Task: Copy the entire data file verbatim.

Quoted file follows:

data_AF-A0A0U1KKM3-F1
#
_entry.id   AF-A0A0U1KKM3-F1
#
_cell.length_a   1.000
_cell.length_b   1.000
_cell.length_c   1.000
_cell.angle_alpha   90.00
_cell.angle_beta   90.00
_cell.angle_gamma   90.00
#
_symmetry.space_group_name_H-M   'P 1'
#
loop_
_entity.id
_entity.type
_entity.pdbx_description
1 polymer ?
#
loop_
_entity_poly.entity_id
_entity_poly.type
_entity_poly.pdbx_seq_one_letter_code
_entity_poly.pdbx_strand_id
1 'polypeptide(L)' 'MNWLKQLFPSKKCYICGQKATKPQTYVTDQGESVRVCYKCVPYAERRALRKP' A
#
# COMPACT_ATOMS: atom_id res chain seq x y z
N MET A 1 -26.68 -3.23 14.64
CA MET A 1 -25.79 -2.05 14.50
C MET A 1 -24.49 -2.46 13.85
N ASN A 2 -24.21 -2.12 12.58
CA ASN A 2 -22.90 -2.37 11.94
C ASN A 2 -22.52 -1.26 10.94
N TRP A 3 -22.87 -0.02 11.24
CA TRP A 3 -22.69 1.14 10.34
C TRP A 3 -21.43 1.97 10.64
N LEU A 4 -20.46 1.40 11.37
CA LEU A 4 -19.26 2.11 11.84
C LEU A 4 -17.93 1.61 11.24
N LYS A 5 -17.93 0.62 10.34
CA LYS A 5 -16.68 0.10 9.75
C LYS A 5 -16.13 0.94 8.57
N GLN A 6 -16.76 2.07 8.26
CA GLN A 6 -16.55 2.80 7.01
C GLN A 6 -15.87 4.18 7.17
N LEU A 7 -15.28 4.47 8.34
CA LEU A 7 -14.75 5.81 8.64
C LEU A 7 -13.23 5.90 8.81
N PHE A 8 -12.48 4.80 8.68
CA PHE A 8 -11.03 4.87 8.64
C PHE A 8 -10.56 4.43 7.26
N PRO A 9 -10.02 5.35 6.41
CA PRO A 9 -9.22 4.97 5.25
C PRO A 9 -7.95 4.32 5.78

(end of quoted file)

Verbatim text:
data_AF-A0A0U1KKM3-F1
#
_entry.id   AF-A0A0U1KKM3-F1
#
_cell.length_a   1.000
_cell.length_b   1.000
_cell.length_c   1.000
_cell.angle_alpha   90.00
_cell.angle_beta   90.00
_cell.angle_gamma   90.00
#
_symmetry.space_group_name_H-M   'P 1'
#
loop_
_entity.id
_entity.type
_entity.pdbx_description
1 polymer ?
#
loop_
_entity_poly.entity_id
_entity_poly.type
_entity_poly.pdbx_seq_one_letter_code
_entity_poly.pdbx_strand_id
1 'polypeptide(L)' 'MNWLKQLFPSKKCYICGQKATKPQTYVTDQGESVRVCYKCVPYAERRALRKP' A
#
# COMPACT_ATOMS: atom_id res chain seq x y z
N MET A 1 -26.68 -3.23 14.64
CA MET A 1 -25.79 -2.05 14.50
C MET A 1 -24.49 -2.46 13.85
N ASN A 2 -24.21 -2.12 12.58
CA ASN A 2 -22.90 -2.37 11.94
C ASN A 2 -22.52 -1.26 10.94
N TRP A 3 -22.87 -0.02 11.24
CA TRP A 3 -22.69 1.14 10.34
C TRP A 3 -21.43 1.97 10.64
N LEU A 4 -20.46 1.40 11.37
CA LEU A 4 -19.26 2.11 11.84
C LEU A 4 -17.93 1.61 11.24
N LYS A 5 -17.93 0.62 10.34
CA LYS A 5 -16.68 0.10 9.75
C LYS A 5 -16.13 0.94 8.57
N GLN A 6 -16.76 2.07 8.26
CA GLN A 6 -16.55 2.80 7.01
C GLN A 6 -15.87 4.18 7.17
N LEU A 7 -15.28 4.47 8.34
CA LEU A 7 -14.75 5.81 8.64
C LEU A 7 -13.23 5.90 8.81
N PHE A 8 -12.48 4.80 8.68
CA PHE A 8 -11.03 4.87 8.64
C PHE A 8 -10.56 4.43 7.26
N PRO A 9 -10.02 5.35 6.41
CA PRO A 9 -9.22 4.97 5.25
C PRO A 9 -7.95 4.32 5.78